These pills boast big claims, but as their website is quick to point out, none of them have been evaluated by the FDA or Health Canada. Their own website points out that these pills are not meant to diagnose or treat any diseases, and that you should contact a licensed health practitioner, whom I just could not see prescribing these ‘magic’ pills.

Chemically How Does Milk Become Butter?

Originally published here: https://mcgill.ca/oss/article/did-you-know/how-does-milk-become-butter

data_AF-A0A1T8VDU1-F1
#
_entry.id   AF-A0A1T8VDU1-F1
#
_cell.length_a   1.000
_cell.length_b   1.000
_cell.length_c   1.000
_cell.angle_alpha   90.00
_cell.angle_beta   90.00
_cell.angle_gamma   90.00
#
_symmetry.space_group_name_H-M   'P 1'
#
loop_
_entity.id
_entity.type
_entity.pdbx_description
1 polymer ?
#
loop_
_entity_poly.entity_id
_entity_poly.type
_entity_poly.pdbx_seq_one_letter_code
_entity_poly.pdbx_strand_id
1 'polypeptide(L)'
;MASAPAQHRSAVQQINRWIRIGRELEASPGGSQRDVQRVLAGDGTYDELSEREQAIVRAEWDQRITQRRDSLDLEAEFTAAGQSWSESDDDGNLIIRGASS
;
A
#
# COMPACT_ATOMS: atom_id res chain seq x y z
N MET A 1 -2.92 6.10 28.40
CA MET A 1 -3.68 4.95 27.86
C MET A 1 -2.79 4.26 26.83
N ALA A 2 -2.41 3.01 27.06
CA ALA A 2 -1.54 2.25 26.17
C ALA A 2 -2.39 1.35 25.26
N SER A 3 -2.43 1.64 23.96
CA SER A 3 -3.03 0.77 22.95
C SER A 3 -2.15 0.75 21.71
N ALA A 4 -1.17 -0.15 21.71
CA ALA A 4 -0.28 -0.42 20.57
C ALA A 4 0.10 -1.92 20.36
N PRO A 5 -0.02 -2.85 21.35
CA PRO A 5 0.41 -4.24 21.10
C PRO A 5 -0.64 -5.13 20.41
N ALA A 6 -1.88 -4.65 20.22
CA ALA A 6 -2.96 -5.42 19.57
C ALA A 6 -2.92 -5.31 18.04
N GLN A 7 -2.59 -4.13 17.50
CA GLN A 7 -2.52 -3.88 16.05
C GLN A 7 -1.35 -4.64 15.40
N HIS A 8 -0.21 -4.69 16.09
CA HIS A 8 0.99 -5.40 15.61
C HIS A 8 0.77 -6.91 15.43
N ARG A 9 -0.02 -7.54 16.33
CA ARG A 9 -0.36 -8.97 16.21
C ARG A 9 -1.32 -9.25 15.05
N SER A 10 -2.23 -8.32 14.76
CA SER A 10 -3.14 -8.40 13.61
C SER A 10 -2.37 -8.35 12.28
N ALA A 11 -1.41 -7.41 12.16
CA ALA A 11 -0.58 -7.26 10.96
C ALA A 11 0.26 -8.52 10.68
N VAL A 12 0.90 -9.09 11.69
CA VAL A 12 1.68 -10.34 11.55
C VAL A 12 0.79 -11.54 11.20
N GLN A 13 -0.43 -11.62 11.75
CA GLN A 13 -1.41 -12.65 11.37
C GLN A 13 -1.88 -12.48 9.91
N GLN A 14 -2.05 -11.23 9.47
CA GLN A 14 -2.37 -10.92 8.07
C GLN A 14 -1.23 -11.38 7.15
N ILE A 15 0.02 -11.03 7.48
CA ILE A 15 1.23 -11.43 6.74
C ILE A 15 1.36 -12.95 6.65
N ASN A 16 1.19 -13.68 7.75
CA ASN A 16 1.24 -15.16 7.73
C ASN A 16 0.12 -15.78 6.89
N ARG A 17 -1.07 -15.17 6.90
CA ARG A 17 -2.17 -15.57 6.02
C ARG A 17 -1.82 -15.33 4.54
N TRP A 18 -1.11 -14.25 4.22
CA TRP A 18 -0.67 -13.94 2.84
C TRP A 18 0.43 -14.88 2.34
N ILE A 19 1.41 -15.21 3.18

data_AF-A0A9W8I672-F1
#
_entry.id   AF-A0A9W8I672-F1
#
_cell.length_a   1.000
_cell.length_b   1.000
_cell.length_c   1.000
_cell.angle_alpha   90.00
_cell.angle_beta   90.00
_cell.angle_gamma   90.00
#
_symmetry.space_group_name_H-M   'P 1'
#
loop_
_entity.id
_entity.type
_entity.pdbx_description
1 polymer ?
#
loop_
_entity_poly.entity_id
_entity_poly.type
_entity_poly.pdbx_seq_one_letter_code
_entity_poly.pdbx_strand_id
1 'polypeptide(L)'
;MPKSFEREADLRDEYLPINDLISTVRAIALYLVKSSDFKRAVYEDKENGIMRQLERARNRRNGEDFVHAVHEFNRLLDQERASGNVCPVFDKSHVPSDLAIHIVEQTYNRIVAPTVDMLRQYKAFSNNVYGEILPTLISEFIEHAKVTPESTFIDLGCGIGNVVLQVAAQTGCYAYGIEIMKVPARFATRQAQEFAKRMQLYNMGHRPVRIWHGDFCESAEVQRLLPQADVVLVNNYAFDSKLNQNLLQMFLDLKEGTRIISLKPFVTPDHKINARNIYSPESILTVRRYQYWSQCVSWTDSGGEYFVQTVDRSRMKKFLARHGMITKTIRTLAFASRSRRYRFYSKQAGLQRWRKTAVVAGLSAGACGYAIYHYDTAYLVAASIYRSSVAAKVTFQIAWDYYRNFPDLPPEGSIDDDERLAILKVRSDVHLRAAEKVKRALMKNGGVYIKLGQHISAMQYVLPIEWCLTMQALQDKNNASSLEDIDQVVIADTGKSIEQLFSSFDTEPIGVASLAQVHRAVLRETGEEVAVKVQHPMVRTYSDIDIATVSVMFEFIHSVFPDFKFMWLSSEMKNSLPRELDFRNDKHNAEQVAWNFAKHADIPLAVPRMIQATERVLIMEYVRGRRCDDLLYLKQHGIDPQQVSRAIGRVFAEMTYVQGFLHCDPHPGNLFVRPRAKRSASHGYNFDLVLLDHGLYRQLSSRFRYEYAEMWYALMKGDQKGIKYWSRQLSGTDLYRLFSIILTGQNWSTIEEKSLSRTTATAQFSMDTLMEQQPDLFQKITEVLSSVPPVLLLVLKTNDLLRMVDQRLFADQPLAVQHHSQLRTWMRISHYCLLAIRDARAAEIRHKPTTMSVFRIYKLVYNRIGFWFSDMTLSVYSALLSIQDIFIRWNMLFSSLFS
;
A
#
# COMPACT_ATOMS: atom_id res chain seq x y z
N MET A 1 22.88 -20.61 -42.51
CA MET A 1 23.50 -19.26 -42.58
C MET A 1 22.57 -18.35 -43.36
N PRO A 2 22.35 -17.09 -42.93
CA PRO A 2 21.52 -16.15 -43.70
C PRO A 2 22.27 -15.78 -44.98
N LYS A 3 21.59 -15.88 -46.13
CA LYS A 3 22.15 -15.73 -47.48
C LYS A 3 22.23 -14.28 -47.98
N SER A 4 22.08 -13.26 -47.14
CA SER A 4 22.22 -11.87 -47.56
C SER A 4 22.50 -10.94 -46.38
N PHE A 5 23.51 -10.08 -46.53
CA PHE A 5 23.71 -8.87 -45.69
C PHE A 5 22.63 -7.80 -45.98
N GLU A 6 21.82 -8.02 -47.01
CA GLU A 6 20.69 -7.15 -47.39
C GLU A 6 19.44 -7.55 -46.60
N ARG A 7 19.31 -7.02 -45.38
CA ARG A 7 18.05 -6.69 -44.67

The milk of cow’s, as well as that of most other mammals, is a complex mixture of proteins, fats, water, carbohydrates, minerals, hormones and various other molecules. Some of these components are soluble in water, others are suspended. The first step to making butter is to let cow’s milk rest (or centrifuge it to speed up the process) until a lot of the fatty constituents have floated to the top. We call this layer the cream, and it is skimmed off, heated up and then cooled, to harden the fats. It’s at this point that the cream will be put into a churner, be it the wooden onespioneers used, an industrial modern one, or a jury-rigged one made of a jar to be passed around a kindergarten classroom. The act of churning the cream, which is largely akin to shaking it around or stirring it, breaks up the lipoprotein membranes surround fat globules so that more and more globules of fat join together. Eventually, after a lot of churning, shaking or stirring, almost all the globules in the cream will have joined together to form the solid that we call butter. As the solid is disturbed further, the water contained in it will disperse throughout the butter in finer and finer drops, leading to ‘smoother’ seeming products. The liquid leftover still contains some fat, however, and is siphoned off to be used and sold as buttermilk.